There are no standard opioid tapering schedules that are suitable for all patients. Good clinical practice dictates a patient-specific plan to taper the dose of the opioid gradually. For patients on BUTRANS who are physically opioid-dependent, initiate the taper by a small enough increment (e.g., no greater than 10% to 25% of the total daily dose) to avoid withdrawal symptoms, and proceed with dose-lowering at an interval of every 2 to 4 weeks. Patients who have been taking opioids for briefer periods of time may tolerate a more rapid taper.
It may be necessary to provide the patient with lower dosage strengths to accomplish a successful taper. Reassess the patient frequently to manage pain and withdrawal symptoms, should they emerge. Common withdrawal symptoms include restlessness, lacrimation, rhinorrhea, yawning, perspiration, chills, myalgia, and mydriasis. Other signs and symptoms also may develop, including irritability, anxiety, backache, joint pain, weakness, abdominal cramps, insomnia, nausea, anorexia, vomiting, diarrhea, or increased blood pressure, respiratory rate, or heart rate. If withdrawal symptoms arise, it may be necessary to pause the taper for a period of time or raise the dose of the opioid analgesic to the previous dose, and then proceed with a slower taper. In addition, monitor patients for any changes in mood, emergence of suicidal thoughts, or use of other substances.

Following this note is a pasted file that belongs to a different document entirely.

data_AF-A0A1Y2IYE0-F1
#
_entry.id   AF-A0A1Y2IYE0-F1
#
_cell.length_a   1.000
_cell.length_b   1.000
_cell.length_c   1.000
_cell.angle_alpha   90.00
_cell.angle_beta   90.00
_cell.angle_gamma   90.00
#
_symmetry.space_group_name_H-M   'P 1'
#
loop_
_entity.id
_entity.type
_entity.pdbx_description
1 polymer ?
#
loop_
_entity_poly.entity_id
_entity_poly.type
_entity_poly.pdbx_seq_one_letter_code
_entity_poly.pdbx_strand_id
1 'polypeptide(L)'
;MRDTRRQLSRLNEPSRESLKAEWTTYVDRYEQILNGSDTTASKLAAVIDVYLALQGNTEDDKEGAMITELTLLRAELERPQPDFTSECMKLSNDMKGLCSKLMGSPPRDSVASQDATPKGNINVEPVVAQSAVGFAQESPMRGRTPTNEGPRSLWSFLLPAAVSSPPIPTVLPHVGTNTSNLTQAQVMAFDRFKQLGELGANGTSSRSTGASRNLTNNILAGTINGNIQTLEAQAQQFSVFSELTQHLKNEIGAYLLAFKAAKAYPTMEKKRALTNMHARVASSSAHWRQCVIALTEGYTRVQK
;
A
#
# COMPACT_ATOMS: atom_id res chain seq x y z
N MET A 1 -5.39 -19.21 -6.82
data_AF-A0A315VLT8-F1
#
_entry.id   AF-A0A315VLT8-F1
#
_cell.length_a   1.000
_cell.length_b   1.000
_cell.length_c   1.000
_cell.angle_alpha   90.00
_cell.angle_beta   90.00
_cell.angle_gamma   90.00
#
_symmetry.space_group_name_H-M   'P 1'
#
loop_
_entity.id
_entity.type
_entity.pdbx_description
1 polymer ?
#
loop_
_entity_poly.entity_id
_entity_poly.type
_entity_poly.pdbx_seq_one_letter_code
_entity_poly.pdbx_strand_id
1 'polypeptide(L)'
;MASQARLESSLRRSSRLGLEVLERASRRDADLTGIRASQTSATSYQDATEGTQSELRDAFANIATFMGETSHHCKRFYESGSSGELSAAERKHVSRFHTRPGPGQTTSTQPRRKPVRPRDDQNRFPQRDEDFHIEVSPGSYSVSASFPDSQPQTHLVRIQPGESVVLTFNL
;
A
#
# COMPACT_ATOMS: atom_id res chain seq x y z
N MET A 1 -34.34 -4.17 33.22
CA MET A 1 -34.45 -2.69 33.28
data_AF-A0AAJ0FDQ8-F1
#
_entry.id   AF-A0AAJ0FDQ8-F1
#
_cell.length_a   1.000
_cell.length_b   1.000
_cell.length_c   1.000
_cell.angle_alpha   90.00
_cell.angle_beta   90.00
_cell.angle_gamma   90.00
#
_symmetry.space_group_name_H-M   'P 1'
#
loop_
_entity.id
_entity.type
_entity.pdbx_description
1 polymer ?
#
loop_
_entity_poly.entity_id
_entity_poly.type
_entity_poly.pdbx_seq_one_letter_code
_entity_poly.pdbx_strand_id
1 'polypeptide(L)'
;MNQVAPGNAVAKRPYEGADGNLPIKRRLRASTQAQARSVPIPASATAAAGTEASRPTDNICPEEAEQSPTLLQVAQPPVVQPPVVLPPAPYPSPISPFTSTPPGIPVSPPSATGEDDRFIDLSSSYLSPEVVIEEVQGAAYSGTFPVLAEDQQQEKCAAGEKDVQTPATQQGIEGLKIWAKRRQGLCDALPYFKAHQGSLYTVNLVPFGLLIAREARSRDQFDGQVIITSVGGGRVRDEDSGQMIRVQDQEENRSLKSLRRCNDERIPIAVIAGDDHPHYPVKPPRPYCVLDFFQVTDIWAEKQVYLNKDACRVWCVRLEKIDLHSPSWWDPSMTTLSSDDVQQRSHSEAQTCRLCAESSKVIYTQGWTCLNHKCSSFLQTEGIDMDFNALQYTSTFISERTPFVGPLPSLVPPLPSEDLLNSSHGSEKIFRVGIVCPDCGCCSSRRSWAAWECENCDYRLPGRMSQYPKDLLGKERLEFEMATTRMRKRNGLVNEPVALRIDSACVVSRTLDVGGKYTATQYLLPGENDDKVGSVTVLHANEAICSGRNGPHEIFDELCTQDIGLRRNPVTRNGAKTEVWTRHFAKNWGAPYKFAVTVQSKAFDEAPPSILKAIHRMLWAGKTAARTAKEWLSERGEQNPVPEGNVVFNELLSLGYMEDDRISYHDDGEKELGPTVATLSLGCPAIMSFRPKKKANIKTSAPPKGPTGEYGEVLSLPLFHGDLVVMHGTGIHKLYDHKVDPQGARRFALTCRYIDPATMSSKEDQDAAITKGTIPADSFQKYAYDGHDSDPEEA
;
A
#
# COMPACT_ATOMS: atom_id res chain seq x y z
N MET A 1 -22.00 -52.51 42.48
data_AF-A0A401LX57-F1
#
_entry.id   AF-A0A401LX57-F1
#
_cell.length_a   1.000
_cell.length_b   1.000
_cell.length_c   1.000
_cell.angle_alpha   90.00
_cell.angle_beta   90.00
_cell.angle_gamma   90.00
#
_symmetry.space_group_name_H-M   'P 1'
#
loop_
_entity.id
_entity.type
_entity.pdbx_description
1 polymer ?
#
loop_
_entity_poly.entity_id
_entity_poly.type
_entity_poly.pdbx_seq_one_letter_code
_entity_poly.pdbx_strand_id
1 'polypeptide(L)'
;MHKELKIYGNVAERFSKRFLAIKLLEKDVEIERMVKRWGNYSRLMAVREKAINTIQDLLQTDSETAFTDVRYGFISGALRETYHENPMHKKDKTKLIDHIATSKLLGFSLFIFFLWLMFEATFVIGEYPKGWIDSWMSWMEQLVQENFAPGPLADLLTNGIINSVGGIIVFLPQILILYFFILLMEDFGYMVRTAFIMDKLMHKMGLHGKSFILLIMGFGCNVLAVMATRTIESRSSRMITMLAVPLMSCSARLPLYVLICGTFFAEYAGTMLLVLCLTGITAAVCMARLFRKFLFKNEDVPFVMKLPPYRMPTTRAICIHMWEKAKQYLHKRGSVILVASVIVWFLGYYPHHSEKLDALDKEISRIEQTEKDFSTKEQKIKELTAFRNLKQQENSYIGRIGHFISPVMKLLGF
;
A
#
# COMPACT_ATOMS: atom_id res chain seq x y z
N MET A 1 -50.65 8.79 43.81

When managing patients taking opioid analgesics, particularly those who have been treated for a long duration and/or with high doses for chronic pain, ensure that a multimodal approach to pain management, including mental health support (if needed), is in place prior to initiating an opioid analgesic taper. A multimodal approach to pain management may optimize the treatment of chronic pain, as well as assist with the successful tapering of the opioid analgesic [see Warnings and Precautions (5.3), Drug Abuse and Dependence (9.3)].
Patients with Hepatic Impairment
BUTRANS has not been evaluated in patients with severe hepatic impairment. As BUTRANS is only intended for 7-day application, consider use of an alternate analgesic that may permit more flexibility with the dosing in patients with severe hepatic impairment [see Warnings and Precautions (5.11), Use in Specific Populations (8.6), and Clinical Pharmacology (12.3)]
Administration of BUTRANS
- Instruct patients to apply immediately after removal from the individually sealed pouch. Instruct patients not to use BUTRANS if the pouch seal is broken or the patch is cut, damaged, or changed in any way. See the Instructions for Use for step-by-step instructions for applying BUTRANS.
- Apply BUTRANS to the upper outer arm, upper chest, upper back or the side of the chest. These 4 sites (each present on both sides of the body) provide 8 possible application sites. Rotate BUTRANS among the 8 described skin sites. After BUTRANS removal, wait a minimum of 21 days before reapplying to the same skin site [see Clinical Pharmacology (12.3)].